The cohort of mostly-lesbian feminist restaurateurs that opened after Mother Courage had their own approach to running a restaurant. Some brought professional culinary skills and prioritized cooking food that tasted good, sourcing ingredients with integrity. They supported California grape growers on strike and boycotted Florida orange juice during Anita Bryant’s anti-gay campaign, even if their windows were smashed as a result, as happened to the Brick Hut Cafe in Berkeley. In her book Ingredients for Revolution: A History of American Feminist Restaurants, Cafes, and Coffeehouses, McGill professor Alex Ketchum documents the queer political conviction and scrappy do-it-together passion that connects hundreds of feminist restaurants, cafes and coffeehouses. These spaces sprang up in nearly every state in the country during the 1970s and 1980s, and they’re still around today. The feminist networks they collectively built across state lines shaped lesbian culture and expanded US feminist food politics. Until now, Ketchum argues, they have been overlooked as a critical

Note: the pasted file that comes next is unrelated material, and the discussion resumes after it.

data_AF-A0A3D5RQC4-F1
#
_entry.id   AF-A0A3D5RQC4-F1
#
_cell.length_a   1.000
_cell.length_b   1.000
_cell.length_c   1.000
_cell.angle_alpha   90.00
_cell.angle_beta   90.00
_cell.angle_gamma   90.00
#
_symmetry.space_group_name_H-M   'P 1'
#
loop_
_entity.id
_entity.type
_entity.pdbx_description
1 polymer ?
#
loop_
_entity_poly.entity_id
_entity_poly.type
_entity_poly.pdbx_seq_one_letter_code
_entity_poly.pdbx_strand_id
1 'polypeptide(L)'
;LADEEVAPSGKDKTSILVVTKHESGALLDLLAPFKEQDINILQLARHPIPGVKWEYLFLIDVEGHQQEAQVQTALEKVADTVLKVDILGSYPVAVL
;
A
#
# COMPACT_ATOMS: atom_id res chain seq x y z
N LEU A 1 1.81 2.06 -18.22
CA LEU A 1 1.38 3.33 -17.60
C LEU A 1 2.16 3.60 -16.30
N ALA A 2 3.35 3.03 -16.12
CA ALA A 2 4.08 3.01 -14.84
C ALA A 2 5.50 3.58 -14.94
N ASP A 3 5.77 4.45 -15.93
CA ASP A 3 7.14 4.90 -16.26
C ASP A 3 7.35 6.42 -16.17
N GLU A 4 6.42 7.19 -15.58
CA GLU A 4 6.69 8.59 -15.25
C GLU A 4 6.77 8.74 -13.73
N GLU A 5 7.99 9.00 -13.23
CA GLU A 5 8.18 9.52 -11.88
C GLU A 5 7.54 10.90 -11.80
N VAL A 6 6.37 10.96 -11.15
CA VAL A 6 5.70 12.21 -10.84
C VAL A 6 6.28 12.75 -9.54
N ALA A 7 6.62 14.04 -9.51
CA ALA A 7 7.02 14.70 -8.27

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In Drive-Away Dolls Ethan Coen has made what he dubs “filthy fun,” and what his wife and co-writer Tricia Cooke calls a “queer road trip movie.” Whatever you want to call it, the film—the director's first written and directed without his brother Joel—is a fast-paced journey that follows lesbian heroes and friends Jamie and Marian (Margaret Qualley and Geraldine Viswanathan, respectively) on a road trip from Philadelphia to Tallahassee, Florida, with stops in states like North Carolina and Georgia along the way (and cameos from Pedro Pascal and Matt Damon). Why Tallahassee, you ask? “Tallahassee is actually beautiful,” explains Marian to an unconvinced Jamie at the start of the movie. "They have live oaks, Spanish moss, birding…”